You’ve lived a quarter of a century with HIV, Juno, that’s an incredible achievement.

I know, I should be presented with some kind of medal, or a nice hand bag. When I was told I was HIV positive, I had a partner who was extremely ill. I was given a form, which said I was expected to live six months and entitled to death benefits. It was a time when there were no HIV clinics, just rooms at the end of long corridors. There were no nurses willing to take your blood, because they didn’t want to go near you.


That’s unbelievable.

People thought we were the scum of the earth. You couldn’t even get a dentist. When I did find one, it was the last appointment of the day and he would literally cover the entire dental surgery in cling film. Even friends would check which glass I was using and people like Edwina Curry were saying that no morally upright person needed to worry about AIDS. The stigma was colossal, but I’m still here, and as entitled as anyone to have dreams and laughter in my life. In a way, it made me who I am today.


How on earth did you survive?

I started to set myself goals. I was in the first year of university when I was diagnosed and they wanted me to leave, but I thought ‘If I’m going to die, I’m going to die with a degree certificate in my hand’. I lived long enough to get my Masters and, by that time, I thought ‘Actually, I don’t want to die’. Then the new drugs started to come out, which we could trial, and the years started to clock up. I am a positive person, and love being alive, and was like that even before my diagnosis. The world is a wonderful place and I wanted more of it. I have continued to challenge myself, like moving to Spain among the mountains, in the middle of nowhere.


What prejudice are you encountering in 2017?

I wrote a series of pieces that studied online dating, so I joined Tinder. As an experiment, I started by only putting an image of me on the site. As a result, I got lots of comments, mainly from younger men, who said they ‘liked older women’. I thought, ‘Bugger off’, but at least it was supposed to be complimentary. Then I added that I was a transwoman, and still received a lot of interest. Finally, I revealed I was a transwoman living with HIV, and was bombarded with anger, aggression, threats and ignorance. Instantly I became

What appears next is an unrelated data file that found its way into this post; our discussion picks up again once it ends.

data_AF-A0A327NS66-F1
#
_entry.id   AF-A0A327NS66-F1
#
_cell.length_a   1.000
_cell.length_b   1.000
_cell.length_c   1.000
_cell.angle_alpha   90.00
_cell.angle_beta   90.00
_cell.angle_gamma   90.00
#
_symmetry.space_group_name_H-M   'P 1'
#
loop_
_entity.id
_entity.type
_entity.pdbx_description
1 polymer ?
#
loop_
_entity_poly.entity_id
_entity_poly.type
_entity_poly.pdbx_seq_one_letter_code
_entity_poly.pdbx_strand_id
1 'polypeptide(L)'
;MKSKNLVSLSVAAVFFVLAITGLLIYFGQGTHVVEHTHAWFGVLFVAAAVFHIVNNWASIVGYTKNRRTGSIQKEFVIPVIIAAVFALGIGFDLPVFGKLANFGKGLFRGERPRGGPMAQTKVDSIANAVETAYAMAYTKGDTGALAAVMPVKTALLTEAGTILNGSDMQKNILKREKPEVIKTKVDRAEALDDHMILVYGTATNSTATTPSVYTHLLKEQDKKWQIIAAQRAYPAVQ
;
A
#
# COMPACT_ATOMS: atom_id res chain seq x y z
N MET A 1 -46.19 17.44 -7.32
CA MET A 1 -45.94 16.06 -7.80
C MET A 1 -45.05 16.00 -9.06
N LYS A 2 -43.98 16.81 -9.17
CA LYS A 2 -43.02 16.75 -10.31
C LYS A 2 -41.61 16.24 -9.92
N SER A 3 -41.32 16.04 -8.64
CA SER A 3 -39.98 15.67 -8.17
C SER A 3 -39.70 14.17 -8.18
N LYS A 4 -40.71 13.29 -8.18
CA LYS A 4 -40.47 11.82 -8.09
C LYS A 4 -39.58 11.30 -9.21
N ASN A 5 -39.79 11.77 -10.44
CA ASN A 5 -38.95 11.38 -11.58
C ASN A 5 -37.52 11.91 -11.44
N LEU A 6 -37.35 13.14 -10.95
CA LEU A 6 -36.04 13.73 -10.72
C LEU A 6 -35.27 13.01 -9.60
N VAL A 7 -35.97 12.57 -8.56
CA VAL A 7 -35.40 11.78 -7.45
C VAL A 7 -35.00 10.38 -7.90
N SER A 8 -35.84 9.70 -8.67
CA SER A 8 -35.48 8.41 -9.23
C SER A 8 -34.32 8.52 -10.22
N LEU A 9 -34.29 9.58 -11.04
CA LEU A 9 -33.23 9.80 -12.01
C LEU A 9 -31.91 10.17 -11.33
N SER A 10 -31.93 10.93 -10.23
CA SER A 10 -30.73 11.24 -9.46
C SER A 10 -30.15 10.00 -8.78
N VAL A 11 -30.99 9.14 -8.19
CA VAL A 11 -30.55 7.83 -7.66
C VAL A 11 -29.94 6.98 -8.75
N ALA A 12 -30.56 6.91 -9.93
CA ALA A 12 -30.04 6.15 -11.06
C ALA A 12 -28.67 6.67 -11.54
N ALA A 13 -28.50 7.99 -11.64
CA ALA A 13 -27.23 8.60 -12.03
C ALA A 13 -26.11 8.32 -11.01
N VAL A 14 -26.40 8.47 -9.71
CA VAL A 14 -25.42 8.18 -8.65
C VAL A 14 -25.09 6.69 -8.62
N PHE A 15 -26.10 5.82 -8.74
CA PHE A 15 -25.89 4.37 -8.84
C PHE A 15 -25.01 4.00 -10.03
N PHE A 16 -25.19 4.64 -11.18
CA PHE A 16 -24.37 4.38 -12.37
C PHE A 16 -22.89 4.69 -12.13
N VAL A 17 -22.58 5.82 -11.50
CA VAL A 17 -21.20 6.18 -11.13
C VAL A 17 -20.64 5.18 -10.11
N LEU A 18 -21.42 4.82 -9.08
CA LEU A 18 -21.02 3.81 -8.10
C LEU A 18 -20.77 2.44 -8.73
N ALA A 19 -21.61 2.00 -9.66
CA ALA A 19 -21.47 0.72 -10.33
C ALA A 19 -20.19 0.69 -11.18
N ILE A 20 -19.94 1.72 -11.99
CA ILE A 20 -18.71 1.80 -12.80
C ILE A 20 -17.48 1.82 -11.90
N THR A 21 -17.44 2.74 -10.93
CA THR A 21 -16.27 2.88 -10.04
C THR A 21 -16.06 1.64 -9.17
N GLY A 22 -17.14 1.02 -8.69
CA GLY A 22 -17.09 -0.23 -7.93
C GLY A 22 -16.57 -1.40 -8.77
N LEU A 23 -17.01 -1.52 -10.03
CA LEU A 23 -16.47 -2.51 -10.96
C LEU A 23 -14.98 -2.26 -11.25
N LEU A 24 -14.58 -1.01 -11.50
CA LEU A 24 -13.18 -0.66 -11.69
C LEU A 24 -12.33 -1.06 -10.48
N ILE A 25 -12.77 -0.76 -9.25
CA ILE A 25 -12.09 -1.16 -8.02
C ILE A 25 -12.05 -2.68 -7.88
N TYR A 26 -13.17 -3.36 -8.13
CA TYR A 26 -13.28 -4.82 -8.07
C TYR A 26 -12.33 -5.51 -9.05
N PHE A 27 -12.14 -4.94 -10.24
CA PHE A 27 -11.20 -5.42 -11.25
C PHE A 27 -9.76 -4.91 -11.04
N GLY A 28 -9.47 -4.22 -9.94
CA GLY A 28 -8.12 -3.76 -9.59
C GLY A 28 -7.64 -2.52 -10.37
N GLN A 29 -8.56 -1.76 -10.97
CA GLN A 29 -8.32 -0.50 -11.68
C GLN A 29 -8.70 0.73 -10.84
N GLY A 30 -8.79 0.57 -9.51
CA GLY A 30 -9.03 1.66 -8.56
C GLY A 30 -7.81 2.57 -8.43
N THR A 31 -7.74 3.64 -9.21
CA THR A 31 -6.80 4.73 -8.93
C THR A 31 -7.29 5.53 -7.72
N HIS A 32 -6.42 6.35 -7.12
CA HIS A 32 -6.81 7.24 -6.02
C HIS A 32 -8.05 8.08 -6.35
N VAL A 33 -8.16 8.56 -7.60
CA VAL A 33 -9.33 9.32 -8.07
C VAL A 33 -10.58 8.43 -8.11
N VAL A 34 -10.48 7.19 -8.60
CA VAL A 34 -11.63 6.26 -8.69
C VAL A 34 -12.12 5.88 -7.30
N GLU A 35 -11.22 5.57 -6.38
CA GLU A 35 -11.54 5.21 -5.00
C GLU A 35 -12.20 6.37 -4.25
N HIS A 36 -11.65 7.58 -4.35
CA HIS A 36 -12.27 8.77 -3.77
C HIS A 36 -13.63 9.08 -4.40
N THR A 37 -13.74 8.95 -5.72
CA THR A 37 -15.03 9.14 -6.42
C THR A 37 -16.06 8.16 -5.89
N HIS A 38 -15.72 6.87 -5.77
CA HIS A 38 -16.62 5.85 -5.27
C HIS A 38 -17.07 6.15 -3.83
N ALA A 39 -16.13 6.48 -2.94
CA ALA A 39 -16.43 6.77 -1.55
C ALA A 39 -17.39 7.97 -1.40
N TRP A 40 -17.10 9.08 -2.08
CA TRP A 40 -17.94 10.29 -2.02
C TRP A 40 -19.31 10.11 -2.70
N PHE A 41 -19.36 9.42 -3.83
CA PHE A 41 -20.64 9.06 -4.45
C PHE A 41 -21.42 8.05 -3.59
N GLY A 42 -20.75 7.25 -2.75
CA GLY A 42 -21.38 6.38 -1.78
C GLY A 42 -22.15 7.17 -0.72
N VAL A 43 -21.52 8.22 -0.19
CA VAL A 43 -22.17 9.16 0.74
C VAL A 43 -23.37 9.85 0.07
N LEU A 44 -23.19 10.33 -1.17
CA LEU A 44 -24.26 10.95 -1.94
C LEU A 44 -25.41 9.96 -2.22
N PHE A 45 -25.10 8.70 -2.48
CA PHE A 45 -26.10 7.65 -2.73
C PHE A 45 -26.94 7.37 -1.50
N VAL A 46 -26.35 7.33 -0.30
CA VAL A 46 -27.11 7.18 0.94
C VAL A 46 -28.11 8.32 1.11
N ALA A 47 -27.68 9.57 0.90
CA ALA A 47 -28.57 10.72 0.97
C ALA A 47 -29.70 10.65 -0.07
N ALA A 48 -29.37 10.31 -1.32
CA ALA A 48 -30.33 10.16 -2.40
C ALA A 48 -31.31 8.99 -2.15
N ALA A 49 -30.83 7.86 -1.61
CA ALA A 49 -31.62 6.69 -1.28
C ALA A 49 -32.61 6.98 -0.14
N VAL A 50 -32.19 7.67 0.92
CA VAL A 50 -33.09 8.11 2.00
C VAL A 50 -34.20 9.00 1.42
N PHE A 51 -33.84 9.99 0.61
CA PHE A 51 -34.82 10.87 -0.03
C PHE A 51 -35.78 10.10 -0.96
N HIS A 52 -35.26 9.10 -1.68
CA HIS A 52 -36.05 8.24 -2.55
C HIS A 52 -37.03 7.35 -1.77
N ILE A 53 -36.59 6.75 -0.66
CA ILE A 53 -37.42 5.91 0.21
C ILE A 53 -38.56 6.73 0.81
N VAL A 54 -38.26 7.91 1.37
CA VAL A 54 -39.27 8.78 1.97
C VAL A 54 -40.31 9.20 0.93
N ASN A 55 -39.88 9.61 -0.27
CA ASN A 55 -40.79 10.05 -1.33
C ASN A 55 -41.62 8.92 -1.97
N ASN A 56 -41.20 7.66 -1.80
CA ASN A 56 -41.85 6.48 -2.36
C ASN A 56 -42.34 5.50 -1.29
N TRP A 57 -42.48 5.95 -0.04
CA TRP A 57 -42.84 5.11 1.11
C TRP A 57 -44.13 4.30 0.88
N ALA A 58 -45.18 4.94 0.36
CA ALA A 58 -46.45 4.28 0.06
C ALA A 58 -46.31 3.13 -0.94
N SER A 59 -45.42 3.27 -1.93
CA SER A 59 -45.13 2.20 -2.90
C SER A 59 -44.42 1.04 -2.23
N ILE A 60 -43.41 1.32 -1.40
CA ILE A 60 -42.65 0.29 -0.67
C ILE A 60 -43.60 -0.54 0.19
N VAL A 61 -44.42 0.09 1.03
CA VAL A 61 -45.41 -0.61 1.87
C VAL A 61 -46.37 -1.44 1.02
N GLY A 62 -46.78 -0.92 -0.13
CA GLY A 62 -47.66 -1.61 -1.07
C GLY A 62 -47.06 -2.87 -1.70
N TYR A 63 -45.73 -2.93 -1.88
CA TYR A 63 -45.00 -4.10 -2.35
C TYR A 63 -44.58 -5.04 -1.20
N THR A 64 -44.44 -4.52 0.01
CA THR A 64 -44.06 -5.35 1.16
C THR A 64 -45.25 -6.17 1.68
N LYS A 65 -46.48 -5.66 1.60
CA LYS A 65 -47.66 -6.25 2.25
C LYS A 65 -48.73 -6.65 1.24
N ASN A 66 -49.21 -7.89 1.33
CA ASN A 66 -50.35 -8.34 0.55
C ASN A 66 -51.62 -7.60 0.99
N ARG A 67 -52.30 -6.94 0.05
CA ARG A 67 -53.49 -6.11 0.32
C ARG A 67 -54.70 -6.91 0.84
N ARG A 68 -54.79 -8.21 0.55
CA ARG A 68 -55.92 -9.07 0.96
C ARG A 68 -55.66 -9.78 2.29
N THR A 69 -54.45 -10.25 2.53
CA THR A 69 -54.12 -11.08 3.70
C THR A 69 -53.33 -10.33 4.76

a bad person. The stigma is still there.


What treatments have you been on over the years?

In the early days, I went through a whole gamut of new drugs, with all sorts of extreme side-effects. Now, it’s easy to adhere. I’ve been on Truvada and Nevirapine for years, and been undetectable and well for as long as I can remember. I’ve always been very motivated to be on top of my own care – asking questions and making sure I was comfortable with the medication I was on, and able to thrive on it.


When did you decide to become a trans woman?

I had made the decision years ago, but because I was HIV positive GPs and PCTs would turn me away and no one would fund the procedure. Then one day I was accepted and had the surgery. It’s incredibly liberating to feel like you’re truly being yourself. Most of our lives are segmented, blocked and labelled, but I won’t be in any kind of closet.


You must be proud of your part in the trans revolution.

Whenever there is a group of people that are marginalised, eventually they come together and mobilise. When the abuse stops hurting, you start to fight back and build structures that look after you, because no one will do it for you. Hopefully, through my work, it’s beginning to happen with trans people and HIV.


What record would you choose for the soundtrack of your life?

This sounds completely corny, but it would have to be ‘Changes’ by David Bowie. One of my dearest friends, who was among the first to die of AIDS, in the late eighties, introduced me to Bowie. I don’t miss many people, but I miss that friend’s joy for life and what they would have brought to the world.


It’s your last supper, what are you having?

My homemade mushroom risotto, with lots of good parmesan.


Sounds delicious. Goodbye, Juno.

Bye John.



Make that change

If you are a transgender person, thinking of transitioning or want more information about subgroups within the trans community there are several very
useful online platforms providing advice, support and inclusivity.

Trans adults:

Advice and support:

Self-help and social:

Trans law:


If you’re working in pharma, and you think your company could be doing more in this area, why not visit cliniQ, the pioneering sexual health centre for trans people. Head to Dean Street in Soho or visit








Tags: , , , , ,

Features | Top Story

Why are men often reluctant to seek help for health worries?

by Amy Schofield 11. September 2017 10:28



Man alive 

One in five men will die before the age of 65. Men die on average six years earlier than women. Suicide is the leading cause of death among men under 45. These are stark statistics, yet men apparently still find it more difficult than women to seek help when they have health worries.